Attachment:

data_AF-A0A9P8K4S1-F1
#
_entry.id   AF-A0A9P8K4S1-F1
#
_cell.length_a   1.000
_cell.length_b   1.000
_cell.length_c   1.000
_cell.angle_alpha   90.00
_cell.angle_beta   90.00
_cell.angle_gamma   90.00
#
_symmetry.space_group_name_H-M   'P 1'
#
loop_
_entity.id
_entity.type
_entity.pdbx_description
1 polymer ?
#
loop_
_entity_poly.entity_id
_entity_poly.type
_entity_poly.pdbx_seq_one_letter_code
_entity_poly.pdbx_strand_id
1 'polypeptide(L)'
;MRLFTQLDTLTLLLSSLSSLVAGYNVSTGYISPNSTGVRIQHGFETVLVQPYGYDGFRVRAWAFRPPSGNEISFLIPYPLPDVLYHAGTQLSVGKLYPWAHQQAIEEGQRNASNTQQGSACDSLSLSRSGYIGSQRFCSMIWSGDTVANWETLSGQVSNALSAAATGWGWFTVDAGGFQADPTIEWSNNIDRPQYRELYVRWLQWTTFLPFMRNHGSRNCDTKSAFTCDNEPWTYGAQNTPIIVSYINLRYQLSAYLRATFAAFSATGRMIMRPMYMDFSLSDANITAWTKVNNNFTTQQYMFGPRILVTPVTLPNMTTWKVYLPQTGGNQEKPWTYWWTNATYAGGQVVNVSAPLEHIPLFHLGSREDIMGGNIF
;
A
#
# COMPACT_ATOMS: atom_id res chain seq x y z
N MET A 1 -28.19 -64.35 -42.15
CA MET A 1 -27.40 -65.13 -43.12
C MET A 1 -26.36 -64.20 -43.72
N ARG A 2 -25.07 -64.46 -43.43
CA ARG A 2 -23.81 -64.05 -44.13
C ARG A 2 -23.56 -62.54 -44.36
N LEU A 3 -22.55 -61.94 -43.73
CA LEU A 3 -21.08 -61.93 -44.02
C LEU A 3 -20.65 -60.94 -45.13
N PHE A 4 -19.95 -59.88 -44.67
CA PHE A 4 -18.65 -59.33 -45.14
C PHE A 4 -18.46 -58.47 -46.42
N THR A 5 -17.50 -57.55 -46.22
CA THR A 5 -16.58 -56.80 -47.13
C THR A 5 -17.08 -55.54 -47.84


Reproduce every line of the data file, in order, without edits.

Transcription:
data_AF-A0A9P8K4S1-F1
#
_entry.id   AF-A0A9P8K4S1-F1
#
_cell.length_a   1.000
_cell.length_b   1.000
_cell.length_c   1.000
_cell.angle_alpha   90.00
_cell.angle_beta   90.00
_cell.angle_gamma   90.00
#
_symmetry.space_group_name_H-M   'P 1'
#
loop_
_entity.id
_entity.type
_entity.pdbx_description
1 polymer ?
#
loop_
_entity_poly.entity_id
_entity_poly.type
_entity_poly.pdbx_seq_one_letter_code
_entity_poly.pdbx_strand_id
1 'polypeptide(L)'
;MRLFTQLDTLTLLLSSLSSLVAGYNVSTGYISPNSTGVRIQHGFETVLVQPYGYDGFRVRAWAFRPPSGNEISFLIPYPLPDVLYHAGTQLSVGKLYPWAHQQAIEEGQRNASNTQQGSACDSLSLSRSGYIGSQRFCSMIWSGDTVANWETLSGQVSNALSAAATGWGWFTVDAGGFQADPTIEWSNNIDRPQYRELYVRWLQWTTFLPFMRNHGSRNCDTKSAFTCDNEPWTYGAQNTPIIVSYINLRYQLSAYLRATFAAFSATGRMIMRPMYMDFSLSDANITAWTKVNNNFTTQQYMFGPRILVTPVTLPNMTTWKVYLPQTGGNQEKPWTYWWTNATYAGGQVVNVSAPLEHIPLFHLGSREDIMGGNIF
;
A
#
# COMPACT_ATOMS: atom_id res chain seq x y z
N MET A 1 -28.19 -64.35 -42.15
CA MET A 1 -27.40 -65.13 -43.12
C MET A 1 -26.36 -64.20 -43.72
N ARG A 2 -25.07 -64.46 -43.43
CA ARG A 2 -23.81 -64.05 -44.13
C ARG A 2 -23.56 -62.54 -44.36
N LEU A 3 -22.55 -61.94 -43.73
CA LEU A 3 -21.08 -61.93 -44.02
C LEU A 3 -20.65 -60.94 -45.13
N PHE A 4 -19.95 -59.88 -44.67
CA PHE A 4 -18.65 -59.33 -45.14
C PHE A 4 -18.46 -58.47 -46.42
N THR A 5 -17.50 -57.55 -46.22
CA THR A 5 -16.58 -56.80 -47.13
C THR A 5 -17.08 -55.54 -47.84